In 1800, 25-year-old Herman Oviatt, his wife, and two children left Connecticut for Ohio to declare a piece of land in what was known as the Western Reserve. At first, Herman settled in what is known today as Hudson, until he purchased the northwest quadrant which is known today as Richfield. Overall, he owned 336 acres. Herman passed away in 1854, leaving the property to his two children. Eventually, the remaining Oviatts parceled the property and sold half to inventor, James B. Kirby and half to businessman, Clarence J. Neal.
In 1919, the southern part of the Oviatt property was purchased by James B. Kirby. With all of this land, Kirby was able to bring his inventions to life. In 1920, he merged the water of two streams and constructed Lake Jinelle. Within Lake Jinelle, Kirby built a dam with a water-powered mill wheel, which helped equip the family home with air-conditioning. Not only is this human-made lake fascinating, but Lake Jinelle is also the only known body of water in the country that is patented because of its ability to eliminate sediment deposits, helping prolong the life of the lake. In 1923 Kirby also built Garfield Hall, which was built over streetcar springs to make the floor bounce as guests danced.
Up on the northern part of the old Oviatt property was now the Neal family. Part of the property Clarence J. Neal purchased had apple and peach orchards. The Neal family continued to maintain the orchards, eventually naming their property the Neal Fruit Farm. In 1928, Clarence and his wife constructed two Tudor-style homes, North House and Coach House. The houses were built deep in the woods for adequate privacy. In 1936, their oldest son Hebert and his wife Helen moved onto the property into the luxurious Amity House.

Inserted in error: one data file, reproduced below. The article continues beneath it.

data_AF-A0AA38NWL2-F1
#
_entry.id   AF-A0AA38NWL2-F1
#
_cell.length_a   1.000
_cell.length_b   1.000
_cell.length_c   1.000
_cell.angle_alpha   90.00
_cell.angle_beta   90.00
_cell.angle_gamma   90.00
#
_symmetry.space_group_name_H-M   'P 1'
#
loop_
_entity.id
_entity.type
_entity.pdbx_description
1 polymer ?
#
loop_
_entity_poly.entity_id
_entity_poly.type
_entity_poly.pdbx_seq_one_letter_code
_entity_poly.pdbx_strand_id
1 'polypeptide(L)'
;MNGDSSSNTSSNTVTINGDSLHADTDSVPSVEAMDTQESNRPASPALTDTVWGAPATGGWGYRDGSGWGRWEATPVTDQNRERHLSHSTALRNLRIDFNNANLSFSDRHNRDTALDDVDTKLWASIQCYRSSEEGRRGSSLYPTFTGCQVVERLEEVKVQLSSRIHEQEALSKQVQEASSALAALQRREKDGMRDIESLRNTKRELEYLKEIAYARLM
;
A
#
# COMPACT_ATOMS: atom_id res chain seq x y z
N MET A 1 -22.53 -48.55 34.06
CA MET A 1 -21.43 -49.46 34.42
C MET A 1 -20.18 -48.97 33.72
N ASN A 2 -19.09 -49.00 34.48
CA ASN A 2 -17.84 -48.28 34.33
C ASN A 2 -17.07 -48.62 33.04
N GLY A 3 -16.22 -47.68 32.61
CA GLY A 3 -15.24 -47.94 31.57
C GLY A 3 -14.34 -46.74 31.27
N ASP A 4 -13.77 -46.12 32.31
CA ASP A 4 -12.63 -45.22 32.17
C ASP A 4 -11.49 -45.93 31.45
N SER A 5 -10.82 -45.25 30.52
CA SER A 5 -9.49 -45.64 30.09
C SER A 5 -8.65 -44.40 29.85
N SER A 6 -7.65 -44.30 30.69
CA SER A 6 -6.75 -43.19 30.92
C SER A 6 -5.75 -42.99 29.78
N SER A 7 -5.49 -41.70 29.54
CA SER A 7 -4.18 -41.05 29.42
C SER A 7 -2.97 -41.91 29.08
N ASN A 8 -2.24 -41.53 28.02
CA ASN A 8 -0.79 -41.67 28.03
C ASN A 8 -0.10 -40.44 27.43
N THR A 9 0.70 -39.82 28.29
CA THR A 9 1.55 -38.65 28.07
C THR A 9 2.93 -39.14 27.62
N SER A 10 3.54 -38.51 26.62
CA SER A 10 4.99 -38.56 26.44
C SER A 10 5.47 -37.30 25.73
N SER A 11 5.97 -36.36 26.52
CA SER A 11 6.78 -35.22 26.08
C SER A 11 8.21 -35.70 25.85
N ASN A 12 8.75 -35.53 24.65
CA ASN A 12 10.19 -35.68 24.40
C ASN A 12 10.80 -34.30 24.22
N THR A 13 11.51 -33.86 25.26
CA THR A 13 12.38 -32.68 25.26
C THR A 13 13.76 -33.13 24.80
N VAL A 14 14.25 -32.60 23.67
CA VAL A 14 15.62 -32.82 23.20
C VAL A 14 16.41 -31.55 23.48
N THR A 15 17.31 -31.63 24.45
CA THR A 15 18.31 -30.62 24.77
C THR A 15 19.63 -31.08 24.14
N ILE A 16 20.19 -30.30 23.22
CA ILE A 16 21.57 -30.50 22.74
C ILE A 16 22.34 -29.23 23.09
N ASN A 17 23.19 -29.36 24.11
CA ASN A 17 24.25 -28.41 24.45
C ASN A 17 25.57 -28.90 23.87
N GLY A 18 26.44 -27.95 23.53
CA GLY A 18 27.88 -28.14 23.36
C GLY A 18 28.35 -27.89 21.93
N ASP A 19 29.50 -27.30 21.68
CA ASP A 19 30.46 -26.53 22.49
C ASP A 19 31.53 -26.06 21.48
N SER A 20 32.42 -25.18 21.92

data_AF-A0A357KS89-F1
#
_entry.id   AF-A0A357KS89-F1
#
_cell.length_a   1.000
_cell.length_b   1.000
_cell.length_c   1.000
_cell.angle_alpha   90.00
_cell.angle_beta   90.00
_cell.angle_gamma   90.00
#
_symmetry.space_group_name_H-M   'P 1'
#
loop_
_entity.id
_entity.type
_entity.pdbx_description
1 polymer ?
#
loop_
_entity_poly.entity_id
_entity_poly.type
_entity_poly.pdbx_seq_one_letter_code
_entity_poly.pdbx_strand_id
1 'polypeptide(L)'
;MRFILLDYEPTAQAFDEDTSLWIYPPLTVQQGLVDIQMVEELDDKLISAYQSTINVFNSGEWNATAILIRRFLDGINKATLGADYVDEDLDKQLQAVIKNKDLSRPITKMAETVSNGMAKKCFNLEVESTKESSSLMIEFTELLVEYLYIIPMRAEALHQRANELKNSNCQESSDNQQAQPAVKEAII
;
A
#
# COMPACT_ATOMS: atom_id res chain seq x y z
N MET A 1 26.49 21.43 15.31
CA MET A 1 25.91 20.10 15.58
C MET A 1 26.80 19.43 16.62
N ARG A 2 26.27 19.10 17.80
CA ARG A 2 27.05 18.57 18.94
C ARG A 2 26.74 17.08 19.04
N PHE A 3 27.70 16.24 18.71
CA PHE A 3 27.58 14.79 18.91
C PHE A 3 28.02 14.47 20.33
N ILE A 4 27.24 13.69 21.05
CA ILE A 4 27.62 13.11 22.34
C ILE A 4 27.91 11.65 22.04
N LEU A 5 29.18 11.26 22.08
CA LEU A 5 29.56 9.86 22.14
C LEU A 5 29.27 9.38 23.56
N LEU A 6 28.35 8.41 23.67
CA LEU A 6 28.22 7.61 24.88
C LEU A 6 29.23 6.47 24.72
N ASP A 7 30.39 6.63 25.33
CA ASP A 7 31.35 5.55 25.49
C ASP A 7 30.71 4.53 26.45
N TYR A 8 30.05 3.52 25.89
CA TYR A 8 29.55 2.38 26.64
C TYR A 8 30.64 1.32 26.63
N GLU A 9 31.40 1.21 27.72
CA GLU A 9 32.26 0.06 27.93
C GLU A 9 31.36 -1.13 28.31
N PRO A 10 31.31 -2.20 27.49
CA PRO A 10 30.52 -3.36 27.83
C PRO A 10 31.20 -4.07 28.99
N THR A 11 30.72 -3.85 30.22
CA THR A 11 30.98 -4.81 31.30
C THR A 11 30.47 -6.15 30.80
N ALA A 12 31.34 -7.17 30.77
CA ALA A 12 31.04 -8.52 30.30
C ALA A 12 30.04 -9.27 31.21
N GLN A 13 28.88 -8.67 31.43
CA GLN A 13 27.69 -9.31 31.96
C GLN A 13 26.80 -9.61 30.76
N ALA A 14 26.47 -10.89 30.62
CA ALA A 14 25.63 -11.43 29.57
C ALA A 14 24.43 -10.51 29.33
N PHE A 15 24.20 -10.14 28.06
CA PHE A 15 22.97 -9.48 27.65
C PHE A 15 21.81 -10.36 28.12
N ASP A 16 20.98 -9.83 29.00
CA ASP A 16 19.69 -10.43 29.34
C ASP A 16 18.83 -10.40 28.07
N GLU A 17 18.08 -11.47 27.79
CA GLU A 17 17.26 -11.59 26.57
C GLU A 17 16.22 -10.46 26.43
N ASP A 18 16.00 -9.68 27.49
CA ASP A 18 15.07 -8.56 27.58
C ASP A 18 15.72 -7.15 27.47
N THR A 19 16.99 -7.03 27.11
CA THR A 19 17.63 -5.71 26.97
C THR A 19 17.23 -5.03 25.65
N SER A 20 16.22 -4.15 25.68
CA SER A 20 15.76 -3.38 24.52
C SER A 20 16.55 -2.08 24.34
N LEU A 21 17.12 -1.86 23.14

When 1937 came around, James Kirby was ready to sell his parcel of land. The Cleveland Girl Scout Council (now the Girl Scouts of Northeast Ohio) purchased Kirby’s land and named it Camp Julia Crowell. The campgrounds were a popular spot for troop camping and in 1950, even opened to the public for camping. In 1957 the remaining 93 acres of land that the Neal family once owned was bought by the CGSC. The camp was renamed Camp Hilaka and then again to Camp Crowell-Hilaka. In addition to day camping, weekend camping, overnight hikes, and summer camps, the houses built by the Neals were used for cabin camping.
In 2000, financial difficulties led to the end of summer camps, with the camp closing officially in 2011. The Richfield Joint Recreation District was established by the Village of Richfield and Richfield Township for the purpose of purchasing the closed camp. In 2014 the property once known as Camp Crowell-Hilaka was purchased by the RJRD and renamed Richfield Heritage Preserve in 2016. Maintained by the RJRD to this day, this park is a great spot to spend the day hiking, fishing, horseback riding, exploring, and so much more.
Know Before You Go
Park is open from dusk till dawn. More information is available on the Richfield Heritage Preserve website.